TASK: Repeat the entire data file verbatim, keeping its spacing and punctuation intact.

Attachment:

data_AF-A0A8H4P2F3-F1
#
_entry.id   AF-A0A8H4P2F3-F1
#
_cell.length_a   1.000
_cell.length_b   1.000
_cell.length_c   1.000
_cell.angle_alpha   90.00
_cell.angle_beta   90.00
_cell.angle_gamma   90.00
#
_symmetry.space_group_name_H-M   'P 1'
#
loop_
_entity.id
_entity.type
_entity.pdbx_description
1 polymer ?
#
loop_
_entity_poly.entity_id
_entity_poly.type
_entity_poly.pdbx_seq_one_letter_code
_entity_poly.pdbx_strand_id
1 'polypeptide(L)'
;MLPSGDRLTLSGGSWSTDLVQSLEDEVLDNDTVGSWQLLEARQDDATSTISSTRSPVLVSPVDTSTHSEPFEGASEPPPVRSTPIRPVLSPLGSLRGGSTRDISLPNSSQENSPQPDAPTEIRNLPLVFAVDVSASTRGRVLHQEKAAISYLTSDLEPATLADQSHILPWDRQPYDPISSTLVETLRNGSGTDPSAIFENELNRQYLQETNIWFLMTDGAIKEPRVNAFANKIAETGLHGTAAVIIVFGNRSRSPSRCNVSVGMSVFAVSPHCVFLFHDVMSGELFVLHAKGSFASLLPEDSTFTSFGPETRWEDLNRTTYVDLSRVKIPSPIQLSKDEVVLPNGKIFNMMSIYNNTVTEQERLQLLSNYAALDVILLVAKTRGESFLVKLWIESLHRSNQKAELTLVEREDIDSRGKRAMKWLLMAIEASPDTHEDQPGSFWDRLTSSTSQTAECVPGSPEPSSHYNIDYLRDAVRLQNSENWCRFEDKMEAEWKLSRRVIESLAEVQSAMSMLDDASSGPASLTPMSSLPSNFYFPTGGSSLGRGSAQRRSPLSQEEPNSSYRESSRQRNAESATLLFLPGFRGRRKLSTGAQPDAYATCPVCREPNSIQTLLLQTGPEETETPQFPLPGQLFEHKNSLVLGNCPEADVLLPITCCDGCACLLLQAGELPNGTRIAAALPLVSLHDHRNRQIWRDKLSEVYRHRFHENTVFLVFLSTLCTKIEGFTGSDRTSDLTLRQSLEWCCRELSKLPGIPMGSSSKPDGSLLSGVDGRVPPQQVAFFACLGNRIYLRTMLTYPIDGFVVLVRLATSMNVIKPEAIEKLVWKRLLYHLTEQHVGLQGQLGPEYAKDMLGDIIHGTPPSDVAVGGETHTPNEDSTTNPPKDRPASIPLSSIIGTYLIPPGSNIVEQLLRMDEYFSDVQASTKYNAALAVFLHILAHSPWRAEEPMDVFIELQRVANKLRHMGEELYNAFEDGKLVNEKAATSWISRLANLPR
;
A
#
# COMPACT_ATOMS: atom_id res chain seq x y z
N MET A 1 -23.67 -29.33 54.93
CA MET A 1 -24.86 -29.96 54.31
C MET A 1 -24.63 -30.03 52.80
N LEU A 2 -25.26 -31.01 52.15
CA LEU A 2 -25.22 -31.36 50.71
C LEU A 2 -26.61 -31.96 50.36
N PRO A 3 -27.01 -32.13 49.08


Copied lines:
data_AF-A0A8H4P2F3-F1
#
_entry.id   AF-A0A8H4P2F3-F1
#
_cell.length_a   1.000
_cell.length_b   1.000
_cell.length_c   1.000
_cell.angle_alpha   90.00
_cell.angle_beta   90.00
_cell.angle_gamma   90.00
#
_symmetry.space_group_name_H-M   'P 1'
#
loop_
_entity.id
_entity.type
_entity.pdbx_description
1 polymer ?
#
loop_
_entity_poly.entity_id
_entity_poly.type
_entity_poly.pdbx_seq_one_letter_code
_entity_poly.pdbx_strand_id
1 'polypeptide(L)'
;MLPSGDRLTLSGGSWSTDLVQSLEDEVLDNDTVGSWQLLEARQDDATSTISSTRSPVLVSPVDTSTHSEPFEGASEPPPVRSTPIRPVLSPLGSLRGGSTRDISLPNSSQENSPQPDAPTEIRNLPLVFAVDVSASTRGRVLHQEKAAISYLTSDLEPATLADQSHILPWDRQPYDPISSTLVETLRNGSGTDPSAIFENELNRQYLQETNIWFLMTDGAIKEPRVNAFANKIAETGLHGTAAVIIVFGNRSRSPSRCNVSVGMSVFAVSPHCVFLFHDVMSGELFVLHAKGSFASLLPEDSTFTSFGPETRWEDLNRTTYVDLSRVKIPSPIQLSKDEVVLPNGKIFNMMSIYNNTVTEQERLQLLSNYAALDVILLVAKTRGESFLVKLWIESLHRSNQKAELTLVEREDIDSRGKRAMKWLLMAIEASPDTHEDQPGSFWDRLTSSTSQTAECVPGSPEPSSHYNIDYLRDAVRLQNSENWCRFEDKMEAEWKLSRRVIESLAEVQSAMSMLDDASSGPASLTPMSSLPSNFYFPTGGSSLGRGSAQRRSPLSQEEPNSSYRESSRQRNAESATLLFLPGFRGRRKLSTGAQPDAYATCPVCREPNSIQTLLLQTGPEETETPQFPLPGQLFEHKNSLVLGNCPEADVLLPITCCDGCACLLLQAGELPNGTRIAAALPLVSLHDHRNRQIWRDKLSEVYRHRFHENTVFLVFLSTLCTKIEGFTGSDRTSDLTLRQSLEWCCRELSKLPGIPMGSSSKPDGSLLSGVDGRVPPQQVAFFACLGNRIYLRTMLTYPIDGFVVLVRLATSMNVIKPEAIEKLVWKRLLYHLTEQHVGLQGQLGPEYAKDMLGDIIHGTPPSDVAVGGETHTPNEDSTTNPPKDRPASIPLSSIIGTYLIPPGSNIVEQLLRMDEYFSDVQASTKYNAALAVFLHILAHSPWRAEEPMDVFIELQRVANKLRHMGEELYNAFEDGKLVNEKAATSWISRLANLPR
;
A
#
# COMPACT_ATOMS: atom_id res chain seq x y z
N MET A 1 -23.67 -29.33 54.93
CA MET A 1 -24.86 -29.96 54.31
C MET A 1 -24.63 -30.03 52.80
N LEU A 2 -25.26 -31.01 52.15
CA LEU A 2 -25.22 -31.36 50.71
C LEU A 2 -26.61 -31.96 50.36
N PRO A 3 -27.01 -32.13 49.08